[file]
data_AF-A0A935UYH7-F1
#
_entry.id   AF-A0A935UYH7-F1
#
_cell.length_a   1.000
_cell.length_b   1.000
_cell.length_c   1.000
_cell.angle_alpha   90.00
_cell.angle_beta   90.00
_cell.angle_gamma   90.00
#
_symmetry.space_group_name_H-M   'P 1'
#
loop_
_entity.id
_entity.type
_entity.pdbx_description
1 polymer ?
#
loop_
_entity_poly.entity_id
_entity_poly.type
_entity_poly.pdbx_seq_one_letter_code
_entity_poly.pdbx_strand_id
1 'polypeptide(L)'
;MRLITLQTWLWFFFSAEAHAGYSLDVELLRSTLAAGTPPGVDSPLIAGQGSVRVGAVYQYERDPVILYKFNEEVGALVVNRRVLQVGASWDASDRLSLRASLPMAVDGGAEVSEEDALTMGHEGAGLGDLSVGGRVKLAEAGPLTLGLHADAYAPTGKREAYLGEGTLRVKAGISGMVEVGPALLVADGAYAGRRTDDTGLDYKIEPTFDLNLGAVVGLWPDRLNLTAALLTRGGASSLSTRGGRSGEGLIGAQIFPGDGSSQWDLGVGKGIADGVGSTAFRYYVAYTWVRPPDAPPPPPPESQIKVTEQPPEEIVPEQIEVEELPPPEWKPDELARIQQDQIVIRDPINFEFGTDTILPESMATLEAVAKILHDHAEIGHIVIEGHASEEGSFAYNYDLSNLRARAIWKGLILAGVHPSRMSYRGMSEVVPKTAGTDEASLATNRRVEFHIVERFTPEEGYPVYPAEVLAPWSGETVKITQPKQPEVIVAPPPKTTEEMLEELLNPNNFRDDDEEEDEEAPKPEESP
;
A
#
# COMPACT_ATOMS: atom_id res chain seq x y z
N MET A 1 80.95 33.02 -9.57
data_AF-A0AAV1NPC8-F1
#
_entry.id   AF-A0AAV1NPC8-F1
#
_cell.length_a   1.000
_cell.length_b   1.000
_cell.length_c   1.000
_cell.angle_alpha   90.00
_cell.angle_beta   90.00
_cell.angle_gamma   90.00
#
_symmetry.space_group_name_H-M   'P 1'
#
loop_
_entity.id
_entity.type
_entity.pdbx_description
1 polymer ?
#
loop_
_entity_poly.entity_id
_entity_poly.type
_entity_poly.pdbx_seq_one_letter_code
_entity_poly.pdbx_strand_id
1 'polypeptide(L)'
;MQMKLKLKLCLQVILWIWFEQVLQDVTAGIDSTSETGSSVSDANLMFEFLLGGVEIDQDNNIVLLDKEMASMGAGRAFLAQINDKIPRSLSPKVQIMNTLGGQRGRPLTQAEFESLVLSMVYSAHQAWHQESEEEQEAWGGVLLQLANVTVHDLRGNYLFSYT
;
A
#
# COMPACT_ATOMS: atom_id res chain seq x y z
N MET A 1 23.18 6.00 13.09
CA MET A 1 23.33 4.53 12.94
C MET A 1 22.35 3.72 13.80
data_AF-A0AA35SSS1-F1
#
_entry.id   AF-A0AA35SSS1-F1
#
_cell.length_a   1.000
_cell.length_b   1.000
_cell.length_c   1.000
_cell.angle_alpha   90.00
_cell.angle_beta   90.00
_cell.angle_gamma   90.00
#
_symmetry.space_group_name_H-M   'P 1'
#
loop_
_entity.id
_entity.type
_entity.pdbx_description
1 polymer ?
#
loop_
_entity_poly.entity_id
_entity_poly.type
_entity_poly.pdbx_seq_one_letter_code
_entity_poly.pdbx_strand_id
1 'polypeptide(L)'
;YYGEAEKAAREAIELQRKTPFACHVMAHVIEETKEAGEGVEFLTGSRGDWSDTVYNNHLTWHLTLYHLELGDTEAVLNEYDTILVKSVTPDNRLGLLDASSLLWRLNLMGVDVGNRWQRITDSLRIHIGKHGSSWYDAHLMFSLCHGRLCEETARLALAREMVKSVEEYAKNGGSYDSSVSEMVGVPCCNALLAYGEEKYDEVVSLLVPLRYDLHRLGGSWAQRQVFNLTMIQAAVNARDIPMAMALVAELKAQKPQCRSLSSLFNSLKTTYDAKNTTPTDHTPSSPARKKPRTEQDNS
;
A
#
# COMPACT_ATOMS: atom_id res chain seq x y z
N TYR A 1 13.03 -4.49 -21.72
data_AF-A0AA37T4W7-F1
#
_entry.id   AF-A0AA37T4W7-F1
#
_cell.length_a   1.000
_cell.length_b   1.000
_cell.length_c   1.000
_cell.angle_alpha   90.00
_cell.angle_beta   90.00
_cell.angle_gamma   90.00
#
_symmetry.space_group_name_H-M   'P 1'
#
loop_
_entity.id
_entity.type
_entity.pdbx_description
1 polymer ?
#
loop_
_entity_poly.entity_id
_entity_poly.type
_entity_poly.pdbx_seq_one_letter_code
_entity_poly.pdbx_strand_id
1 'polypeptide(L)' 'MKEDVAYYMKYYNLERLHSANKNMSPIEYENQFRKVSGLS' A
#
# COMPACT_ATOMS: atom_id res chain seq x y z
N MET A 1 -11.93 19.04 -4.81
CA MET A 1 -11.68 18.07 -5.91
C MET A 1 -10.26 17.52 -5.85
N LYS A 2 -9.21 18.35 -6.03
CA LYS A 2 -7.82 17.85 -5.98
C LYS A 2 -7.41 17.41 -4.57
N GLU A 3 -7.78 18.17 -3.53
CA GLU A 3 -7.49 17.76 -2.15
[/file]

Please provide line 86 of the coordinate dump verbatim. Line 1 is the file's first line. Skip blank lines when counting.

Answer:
_entity_poly.type